Male infertility refers to a male’s inability to cause pregnancy in a fertile female. In humans it accounts for 40-50% of infertility. It affects approximately 7%-10% of all men. Male infertility is commonly due to deficiencies in the semen, and semen quality is used as a surrogate measure of male fecundity.
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Surgical sperm retrieval techniques used when obstruction is the problem
When the release of sperm is prevented by a blockage in the vas deferens, or by a vasectomy, several techniques can be used to retrieve the large numbers of sperm that remain inside the testes.
TESA: testicular sperm aspiration. This involves placing a needle attached to a syringe through the skin of the scrotum and simply sucking out the fluid inside the testicle.
• PESA: percutaneous epididymal sperm aspiration. This involves the same needle and syringe technique but the needle is placed directly into the epididymis.
• Perc biopsy: percutaneous biopsy of the testis. This is similar to TESA, but a larger needle is used.
• MESA: microsurgical epididymal sperm aspiration. An open surgical sperm retrieval procedure that uses an operating microscopy to locate the tubules of the epididymis precisely, so that large numbers of sperm can be extracted.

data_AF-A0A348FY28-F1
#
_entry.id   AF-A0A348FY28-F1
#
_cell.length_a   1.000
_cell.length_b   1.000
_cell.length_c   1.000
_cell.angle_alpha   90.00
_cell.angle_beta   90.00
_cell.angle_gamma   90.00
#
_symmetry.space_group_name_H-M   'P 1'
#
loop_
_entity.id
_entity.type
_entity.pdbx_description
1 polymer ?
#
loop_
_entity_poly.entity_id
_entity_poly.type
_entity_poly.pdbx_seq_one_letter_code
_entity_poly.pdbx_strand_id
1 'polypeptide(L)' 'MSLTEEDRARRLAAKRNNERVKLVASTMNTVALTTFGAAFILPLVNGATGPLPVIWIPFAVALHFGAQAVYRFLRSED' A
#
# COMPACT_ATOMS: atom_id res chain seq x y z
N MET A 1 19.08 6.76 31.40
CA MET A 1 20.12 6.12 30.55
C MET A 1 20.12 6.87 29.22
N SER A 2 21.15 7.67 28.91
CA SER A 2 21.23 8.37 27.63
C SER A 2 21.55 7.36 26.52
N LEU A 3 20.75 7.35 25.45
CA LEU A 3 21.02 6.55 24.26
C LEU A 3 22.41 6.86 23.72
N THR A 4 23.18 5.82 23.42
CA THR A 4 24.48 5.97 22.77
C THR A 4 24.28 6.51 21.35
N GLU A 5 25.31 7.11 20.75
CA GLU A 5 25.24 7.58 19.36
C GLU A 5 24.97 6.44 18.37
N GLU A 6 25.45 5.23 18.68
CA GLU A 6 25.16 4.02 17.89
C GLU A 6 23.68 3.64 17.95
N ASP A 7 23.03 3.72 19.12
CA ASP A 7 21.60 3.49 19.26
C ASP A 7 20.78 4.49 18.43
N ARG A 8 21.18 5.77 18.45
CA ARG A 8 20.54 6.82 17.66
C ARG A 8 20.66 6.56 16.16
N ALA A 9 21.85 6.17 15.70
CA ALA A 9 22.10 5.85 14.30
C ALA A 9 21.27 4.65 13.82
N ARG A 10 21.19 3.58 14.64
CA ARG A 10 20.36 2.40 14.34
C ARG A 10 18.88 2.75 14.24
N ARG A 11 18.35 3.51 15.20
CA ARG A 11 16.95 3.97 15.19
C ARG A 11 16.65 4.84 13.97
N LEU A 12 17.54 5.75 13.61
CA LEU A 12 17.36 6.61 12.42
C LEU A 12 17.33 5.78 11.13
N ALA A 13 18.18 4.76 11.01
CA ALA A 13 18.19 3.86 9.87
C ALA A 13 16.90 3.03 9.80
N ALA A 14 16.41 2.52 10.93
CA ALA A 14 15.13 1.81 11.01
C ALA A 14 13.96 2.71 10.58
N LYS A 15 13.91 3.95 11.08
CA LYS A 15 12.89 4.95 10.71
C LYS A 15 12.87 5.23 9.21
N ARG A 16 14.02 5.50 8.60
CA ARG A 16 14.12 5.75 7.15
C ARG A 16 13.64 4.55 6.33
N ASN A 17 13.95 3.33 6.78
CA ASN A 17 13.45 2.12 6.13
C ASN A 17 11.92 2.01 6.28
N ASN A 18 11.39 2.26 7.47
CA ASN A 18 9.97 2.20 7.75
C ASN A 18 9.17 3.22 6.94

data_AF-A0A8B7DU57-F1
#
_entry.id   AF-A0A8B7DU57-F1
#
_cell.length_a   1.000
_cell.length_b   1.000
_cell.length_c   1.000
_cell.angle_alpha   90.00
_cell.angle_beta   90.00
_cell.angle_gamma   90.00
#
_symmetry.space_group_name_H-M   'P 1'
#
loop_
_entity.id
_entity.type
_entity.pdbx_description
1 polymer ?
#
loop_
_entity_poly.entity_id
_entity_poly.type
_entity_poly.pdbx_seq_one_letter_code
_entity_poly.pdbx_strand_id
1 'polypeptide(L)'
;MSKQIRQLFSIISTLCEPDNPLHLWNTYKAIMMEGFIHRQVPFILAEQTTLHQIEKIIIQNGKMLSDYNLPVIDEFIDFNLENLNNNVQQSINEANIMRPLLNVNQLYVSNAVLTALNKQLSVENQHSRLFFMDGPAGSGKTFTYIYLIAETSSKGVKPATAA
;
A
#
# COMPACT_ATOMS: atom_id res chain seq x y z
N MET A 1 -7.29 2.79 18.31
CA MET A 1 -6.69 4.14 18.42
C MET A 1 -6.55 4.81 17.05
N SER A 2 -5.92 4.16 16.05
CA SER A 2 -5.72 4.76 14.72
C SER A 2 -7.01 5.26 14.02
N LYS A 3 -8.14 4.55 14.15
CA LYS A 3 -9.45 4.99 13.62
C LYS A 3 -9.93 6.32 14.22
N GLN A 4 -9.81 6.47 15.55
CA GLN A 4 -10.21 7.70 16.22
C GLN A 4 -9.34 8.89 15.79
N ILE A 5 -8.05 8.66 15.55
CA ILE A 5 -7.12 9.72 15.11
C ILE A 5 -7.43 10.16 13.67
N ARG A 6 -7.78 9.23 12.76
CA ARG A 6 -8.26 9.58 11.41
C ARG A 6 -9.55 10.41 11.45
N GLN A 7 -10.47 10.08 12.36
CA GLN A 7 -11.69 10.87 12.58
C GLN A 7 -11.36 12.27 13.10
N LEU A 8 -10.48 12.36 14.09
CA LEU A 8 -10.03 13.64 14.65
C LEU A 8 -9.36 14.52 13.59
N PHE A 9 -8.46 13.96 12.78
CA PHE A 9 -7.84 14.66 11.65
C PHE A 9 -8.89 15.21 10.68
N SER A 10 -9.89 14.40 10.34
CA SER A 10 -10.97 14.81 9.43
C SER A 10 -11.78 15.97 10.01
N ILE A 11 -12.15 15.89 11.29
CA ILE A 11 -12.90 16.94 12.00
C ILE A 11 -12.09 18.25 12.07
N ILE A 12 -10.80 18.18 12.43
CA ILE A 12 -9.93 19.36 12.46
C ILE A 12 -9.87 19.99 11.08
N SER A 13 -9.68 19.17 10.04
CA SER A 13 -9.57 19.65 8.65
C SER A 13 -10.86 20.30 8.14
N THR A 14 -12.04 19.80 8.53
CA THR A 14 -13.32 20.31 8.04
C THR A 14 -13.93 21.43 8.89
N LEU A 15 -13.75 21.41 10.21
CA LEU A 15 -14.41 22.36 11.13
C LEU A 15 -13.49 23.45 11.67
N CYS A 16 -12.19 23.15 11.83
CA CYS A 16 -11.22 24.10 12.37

Surgical sperm retrieval techniques when there is no obstruction
Men who have no sperm in their semen, despite having clear tubes in their testicles, usually have a problem with the process of sperm production.
It is unlikely that sperm are present in large numbers, so the surgical sperm retrieval techniques required are more invasive.
• TESE: testicular sperm extraction. This involves opening up the scrotum and taking a large volume of testicular tissue, perhaps from several regions of the testicle.
• Microdissection TESE: a microdissecting microscope is used to pinpoint the tissue to be removed. This aims to cause less damage to the structure inside the testicle.
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